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  • #16
    Originally posted by Squid-61 View Post

    ... since the utility blades won't last all that long. I wonder what mods I need to make to prevent it from being a copy of the Helvie? I'll have to experiment with some handle shapes that suit my arthritis.
    I think the blades lasting long is related to how it's used and how it's sharpened.... both can be overcome through experience. Some new carvers tend to use the knife point to pry, and not cut, wood out, resulting in a broken tip (meaning you then reshape the blade). Another problem some new carvers have is to think "sharpening" means using a stone, grinder, sandpaper, etc., to form a wire burr is required each time the blade/tool needs to be sharpened. This tendency removes too much material.

    I would not be concerned about creating a copy of the Helvie. In making tools for one's own use, just about anything goes.

    If you're interested in flat-sided blades already shaped, I know several carvers who make their own knives using Warren brand blades.... many shapes to chose from and they even have LH and RH curved (side bent) blades.

    https://gregdorrance.com/page/1/?s=warren&post_type=product
    Last edited by dave.keele; 09-20-2020, 07:18 AM.
    ....Dave
    Old carvers never die... they just whittle away.
    www.shellknobwoodcarvers.weebly.com

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    • #17
      Here is one I made a few years back. It is just a utility knife blade glued into a pine handle. I made a bunch for students to use and decided to decorate this one a little.
      16716187_1355558891175458_819037784034963691_o.jpg
      'If it wasn't for caffeine, I wouldn't have any personality at all!"

      http://mikepounders.weebly.com/
      https://www.facebook.com/pages/Mike-...61450667252958
      http://centralarkansaswoodcarvers.blogspot.com/

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      • #18
        Don't develop a fixation about the blade being center-hafted.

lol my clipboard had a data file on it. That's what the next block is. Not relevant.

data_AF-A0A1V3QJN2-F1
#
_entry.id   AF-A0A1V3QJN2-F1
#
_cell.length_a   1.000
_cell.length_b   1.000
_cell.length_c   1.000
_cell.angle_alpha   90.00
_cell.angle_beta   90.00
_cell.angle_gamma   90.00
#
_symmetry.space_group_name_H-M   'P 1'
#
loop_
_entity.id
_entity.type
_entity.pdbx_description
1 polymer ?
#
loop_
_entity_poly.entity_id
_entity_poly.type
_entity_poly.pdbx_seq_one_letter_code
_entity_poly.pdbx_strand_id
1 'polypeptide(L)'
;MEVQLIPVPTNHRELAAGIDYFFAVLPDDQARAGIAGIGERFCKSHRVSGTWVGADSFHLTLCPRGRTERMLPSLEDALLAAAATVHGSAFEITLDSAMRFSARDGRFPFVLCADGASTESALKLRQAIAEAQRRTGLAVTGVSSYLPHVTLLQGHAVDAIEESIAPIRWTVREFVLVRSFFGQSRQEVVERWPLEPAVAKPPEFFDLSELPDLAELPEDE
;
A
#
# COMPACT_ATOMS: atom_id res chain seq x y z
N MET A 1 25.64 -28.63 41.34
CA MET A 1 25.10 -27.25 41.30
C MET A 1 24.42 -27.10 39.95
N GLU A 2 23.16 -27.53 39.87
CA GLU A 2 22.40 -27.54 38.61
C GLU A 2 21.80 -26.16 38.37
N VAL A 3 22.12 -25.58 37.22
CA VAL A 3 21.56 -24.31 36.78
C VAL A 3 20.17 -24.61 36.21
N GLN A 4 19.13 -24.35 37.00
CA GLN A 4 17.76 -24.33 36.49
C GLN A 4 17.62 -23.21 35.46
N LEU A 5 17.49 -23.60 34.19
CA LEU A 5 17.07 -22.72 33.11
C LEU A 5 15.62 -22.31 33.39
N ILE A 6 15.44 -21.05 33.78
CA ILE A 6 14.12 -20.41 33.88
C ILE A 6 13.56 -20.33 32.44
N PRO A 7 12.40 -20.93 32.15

Pacific Northwest style flat knives are surface hafted and no, they don't work loose.

        https://www.jamie-sharp.com/

        The easiest and most accessible crooked knives?
        Buy RH and LLH pairs of farrier's hoof trimming knives.
        Revise the bevels to 12 degrees from 25 degrees.
        Open the hook with a 7/16" chainsaw file and you get wonderful scorps in the deal.
        I've done a couple dozen of these, not at all tricky.

        The best crooked knife blades are made by the blade smiths of the Pacific Northwest.
        Brian T

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        • #19
          Originally posted by Brian T View Post
          Don't develop a fixation about the blade being center-hafted.

          Pacific Northwest style flat knives are surface hafted and no, they don't work loose.

          https://www.jamie-sharp.com/

          The easiest and most accessible crooked knives?
          Buy RH and LLH pairs of farrier's hoof trimming knives.
          Revise the bevels to 12 degrees from 25 degrees.
          Open the hook with a 7/16" chainsaw file and you get wonderful scorps in the deal.
          I've done a couple dozen of these, not at all tricky.

          The best crooked knife blades are made by the blade smiths of the Pacific Northwest.
          UK knifemaker Ben Orford makes a hooked knife that way, I'll have to review his video. I have heavy gauge nylon fish net cord that would work well as lashing.

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          • #20
            Taking these tips and some concepts from Ben Orford, I think my approach would be a center hafted blade but with a fitted space and cover for the blade, a peg to retain the blade and lashing to hold it all together. The reason I didn't go with a traditional side blade mount is the lack of a tang to secure the blade. I'll try to draw something up to see if it all works. Not as easy as buying a utility knife handle but a lot more fun.

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            • #21
              The cord commonly used in the Pacific Northwest for whipping is #18 tarred nylon seine line. There's about 1,000' on a 1 lb spool (I'm well into spool #2). I buy from a fishnet supply company on the coast. Ought to be a couple of places in Whitby, NYorks. Yellow, pink and white is also available, locally called surveyor's cord. Same technique as whipping the line guides on custom fishing rods.
              Brian T

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